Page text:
BOOK REVIEW: Women’s Football in a Global, Professional Era

REVIEW: Vicky, FCN Founder

For anyone who has followed women’s football over the last 10-15 years, you will be no stranger to the incredible rise the sport has had.

Having been involved with the sport myself as Speed Coach at Everton Ladies alongside Mo Marley many years ago, I was witness to many inequalities in the game; from the likes of Jill Scott travelling all the way from Sunderland and back again to train at Finch Farm in Liverpool, to Everton and England Goalkeeper Rachel Brown being one of the only players in the Country to be paid, to having to wait for the junior boys to finish with the indoor pitch before the women could start training…

However, sitting down to read this book and reflecting on the journey the sport has been on really reminds you of its colossus rise in recent years and the incredible fight the players involved had to endure to get the sport to where it is today.

“Women’s Football in a Global, Professional Era” is a collection of studies about the game’s development around the World from England, to Brazil, to Norway and Japan. The variety of discussion in the book is fascinating and includes topics such as how the sport has impacted women in different cultures, media coverage of female players and how governing bodies have been forced to pay attention to developing the game, rather than leading the development themselves.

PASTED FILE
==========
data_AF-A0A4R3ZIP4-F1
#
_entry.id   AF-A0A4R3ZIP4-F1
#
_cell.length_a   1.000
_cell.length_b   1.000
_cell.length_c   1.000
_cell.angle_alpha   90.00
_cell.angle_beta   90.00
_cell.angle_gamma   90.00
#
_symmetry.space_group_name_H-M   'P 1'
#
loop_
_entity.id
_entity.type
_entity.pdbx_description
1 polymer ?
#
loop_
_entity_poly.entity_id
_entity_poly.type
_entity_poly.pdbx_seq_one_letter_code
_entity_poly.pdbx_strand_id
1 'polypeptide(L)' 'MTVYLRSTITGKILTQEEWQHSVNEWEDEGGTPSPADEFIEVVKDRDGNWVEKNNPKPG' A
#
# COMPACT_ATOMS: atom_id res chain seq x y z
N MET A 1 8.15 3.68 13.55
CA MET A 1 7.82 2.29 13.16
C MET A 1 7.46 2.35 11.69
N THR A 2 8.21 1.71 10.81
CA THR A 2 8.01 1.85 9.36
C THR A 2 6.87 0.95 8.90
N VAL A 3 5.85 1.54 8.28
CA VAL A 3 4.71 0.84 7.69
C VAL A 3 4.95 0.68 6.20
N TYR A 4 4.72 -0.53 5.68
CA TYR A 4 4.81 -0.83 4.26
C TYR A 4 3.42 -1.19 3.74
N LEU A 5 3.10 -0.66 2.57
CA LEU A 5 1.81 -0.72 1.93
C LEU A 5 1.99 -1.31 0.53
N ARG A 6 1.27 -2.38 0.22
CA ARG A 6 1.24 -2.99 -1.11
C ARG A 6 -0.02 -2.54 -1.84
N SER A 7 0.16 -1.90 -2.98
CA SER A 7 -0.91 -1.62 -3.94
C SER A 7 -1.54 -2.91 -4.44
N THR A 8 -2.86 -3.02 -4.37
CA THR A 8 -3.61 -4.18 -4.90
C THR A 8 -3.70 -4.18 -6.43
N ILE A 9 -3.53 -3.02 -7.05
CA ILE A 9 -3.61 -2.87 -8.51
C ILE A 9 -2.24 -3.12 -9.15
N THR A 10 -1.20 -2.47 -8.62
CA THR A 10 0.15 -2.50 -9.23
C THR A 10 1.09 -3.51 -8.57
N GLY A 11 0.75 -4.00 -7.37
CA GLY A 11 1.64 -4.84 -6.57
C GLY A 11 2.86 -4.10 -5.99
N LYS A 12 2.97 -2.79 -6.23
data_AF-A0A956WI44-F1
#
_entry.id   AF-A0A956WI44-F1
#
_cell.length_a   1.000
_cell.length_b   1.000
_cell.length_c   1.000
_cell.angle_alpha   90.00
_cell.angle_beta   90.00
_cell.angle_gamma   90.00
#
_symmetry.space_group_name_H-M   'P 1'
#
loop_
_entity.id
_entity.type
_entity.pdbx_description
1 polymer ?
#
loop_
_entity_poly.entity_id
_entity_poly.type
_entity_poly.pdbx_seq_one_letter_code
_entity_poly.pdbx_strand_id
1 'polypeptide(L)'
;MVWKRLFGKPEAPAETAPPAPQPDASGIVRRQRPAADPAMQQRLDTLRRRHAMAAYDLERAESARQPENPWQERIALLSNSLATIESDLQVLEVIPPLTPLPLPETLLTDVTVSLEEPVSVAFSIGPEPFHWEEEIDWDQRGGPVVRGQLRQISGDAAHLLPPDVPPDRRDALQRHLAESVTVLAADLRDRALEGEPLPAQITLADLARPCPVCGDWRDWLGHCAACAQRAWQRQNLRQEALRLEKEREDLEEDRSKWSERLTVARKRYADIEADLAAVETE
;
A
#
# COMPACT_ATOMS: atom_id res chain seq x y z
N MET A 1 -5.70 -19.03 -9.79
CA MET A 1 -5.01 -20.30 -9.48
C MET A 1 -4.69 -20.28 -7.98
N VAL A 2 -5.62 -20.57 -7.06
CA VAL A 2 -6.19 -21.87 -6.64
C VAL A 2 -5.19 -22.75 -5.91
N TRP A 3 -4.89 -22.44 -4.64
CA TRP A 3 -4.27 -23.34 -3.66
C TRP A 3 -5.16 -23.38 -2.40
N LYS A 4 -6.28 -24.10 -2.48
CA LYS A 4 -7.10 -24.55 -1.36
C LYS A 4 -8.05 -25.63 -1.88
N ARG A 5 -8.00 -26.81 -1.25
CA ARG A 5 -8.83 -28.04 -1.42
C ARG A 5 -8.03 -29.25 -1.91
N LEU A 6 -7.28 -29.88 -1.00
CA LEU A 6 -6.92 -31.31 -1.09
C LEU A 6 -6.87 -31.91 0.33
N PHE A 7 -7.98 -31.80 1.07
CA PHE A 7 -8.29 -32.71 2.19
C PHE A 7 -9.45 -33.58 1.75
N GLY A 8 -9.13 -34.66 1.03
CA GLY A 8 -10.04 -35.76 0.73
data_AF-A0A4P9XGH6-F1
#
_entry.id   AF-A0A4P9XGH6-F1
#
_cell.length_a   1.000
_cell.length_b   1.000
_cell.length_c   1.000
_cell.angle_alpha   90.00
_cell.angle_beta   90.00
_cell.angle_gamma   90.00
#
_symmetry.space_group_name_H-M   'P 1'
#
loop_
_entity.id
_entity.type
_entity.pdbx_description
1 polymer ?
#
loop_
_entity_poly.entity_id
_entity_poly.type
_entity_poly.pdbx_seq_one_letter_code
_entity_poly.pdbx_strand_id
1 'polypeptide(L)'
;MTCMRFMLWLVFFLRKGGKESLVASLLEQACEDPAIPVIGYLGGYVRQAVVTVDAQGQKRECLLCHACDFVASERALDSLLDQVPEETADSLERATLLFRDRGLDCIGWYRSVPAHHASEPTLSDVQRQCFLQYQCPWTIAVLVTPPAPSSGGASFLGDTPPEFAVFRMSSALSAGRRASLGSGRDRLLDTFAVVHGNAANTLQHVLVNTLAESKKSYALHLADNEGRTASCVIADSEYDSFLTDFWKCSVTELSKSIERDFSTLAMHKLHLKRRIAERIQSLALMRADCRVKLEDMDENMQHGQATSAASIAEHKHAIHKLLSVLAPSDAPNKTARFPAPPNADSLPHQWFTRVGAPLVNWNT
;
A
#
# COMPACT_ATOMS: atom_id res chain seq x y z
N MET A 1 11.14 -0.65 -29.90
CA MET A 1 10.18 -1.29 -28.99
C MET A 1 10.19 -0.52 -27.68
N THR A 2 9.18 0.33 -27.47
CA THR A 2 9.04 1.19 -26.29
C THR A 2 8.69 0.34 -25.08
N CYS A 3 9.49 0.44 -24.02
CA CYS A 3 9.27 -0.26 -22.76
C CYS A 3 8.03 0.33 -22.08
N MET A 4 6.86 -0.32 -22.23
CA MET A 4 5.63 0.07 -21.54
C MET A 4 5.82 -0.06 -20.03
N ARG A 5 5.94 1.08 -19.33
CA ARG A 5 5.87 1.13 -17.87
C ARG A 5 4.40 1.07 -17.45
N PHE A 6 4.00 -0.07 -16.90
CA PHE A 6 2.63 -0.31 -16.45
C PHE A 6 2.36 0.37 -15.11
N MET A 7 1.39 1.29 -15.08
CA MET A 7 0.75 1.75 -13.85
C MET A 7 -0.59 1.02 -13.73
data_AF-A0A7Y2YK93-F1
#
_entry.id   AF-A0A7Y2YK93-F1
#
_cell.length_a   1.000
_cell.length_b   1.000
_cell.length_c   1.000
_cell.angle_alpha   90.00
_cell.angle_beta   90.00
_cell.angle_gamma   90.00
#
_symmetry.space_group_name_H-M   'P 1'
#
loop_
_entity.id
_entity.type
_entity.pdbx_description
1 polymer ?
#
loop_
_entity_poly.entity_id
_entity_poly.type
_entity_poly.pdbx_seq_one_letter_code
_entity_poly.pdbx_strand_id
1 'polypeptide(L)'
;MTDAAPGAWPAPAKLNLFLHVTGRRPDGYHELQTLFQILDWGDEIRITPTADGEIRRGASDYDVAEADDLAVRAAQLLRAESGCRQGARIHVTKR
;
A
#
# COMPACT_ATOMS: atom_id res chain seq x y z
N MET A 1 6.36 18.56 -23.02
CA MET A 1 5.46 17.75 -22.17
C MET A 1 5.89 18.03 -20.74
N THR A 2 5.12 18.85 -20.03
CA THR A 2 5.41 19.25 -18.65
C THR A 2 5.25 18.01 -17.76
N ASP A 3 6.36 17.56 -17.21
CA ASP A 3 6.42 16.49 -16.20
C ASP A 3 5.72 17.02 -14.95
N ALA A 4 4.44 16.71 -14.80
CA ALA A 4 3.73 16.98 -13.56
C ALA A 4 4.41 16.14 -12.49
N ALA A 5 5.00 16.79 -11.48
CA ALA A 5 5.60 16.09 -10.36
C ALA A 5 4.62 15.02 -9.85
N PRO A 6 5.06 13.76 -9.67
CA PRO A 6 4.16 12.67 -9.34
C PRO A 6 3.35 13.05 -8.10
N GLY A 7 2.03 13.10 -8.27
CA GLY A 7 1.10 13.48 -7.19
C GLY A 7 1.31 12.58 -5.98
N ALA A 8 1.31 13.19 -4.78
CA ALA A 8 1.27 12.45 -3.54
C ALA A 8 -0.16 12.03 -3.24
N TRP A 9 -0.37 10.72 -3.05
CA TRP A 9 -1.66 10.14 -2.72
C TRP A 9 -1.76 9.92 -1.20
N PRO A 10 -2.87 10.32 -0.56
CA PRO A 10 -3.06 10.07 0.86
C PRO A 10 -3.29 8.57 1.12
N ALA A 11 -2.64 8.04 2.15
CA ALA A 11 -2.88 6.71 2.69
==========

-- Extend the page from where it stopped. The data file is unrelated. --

Edited by Alex Culvin and Ali Bowes, they hope that this book is used to “shape future research agendas” and is used to continue the development of the sport in the right way. Using “contributions of lived experiences of professionalisation, the process of professionalisation and the role of commercialisation and media“, the book explains “this development is not and cannot be considered as an end in itself, merely the beginning”

I would highly recommend this book to anyone working in sports and football development who want to reflect on the mistakes and successes of the past and look forward to a bigger and better future for women’s football.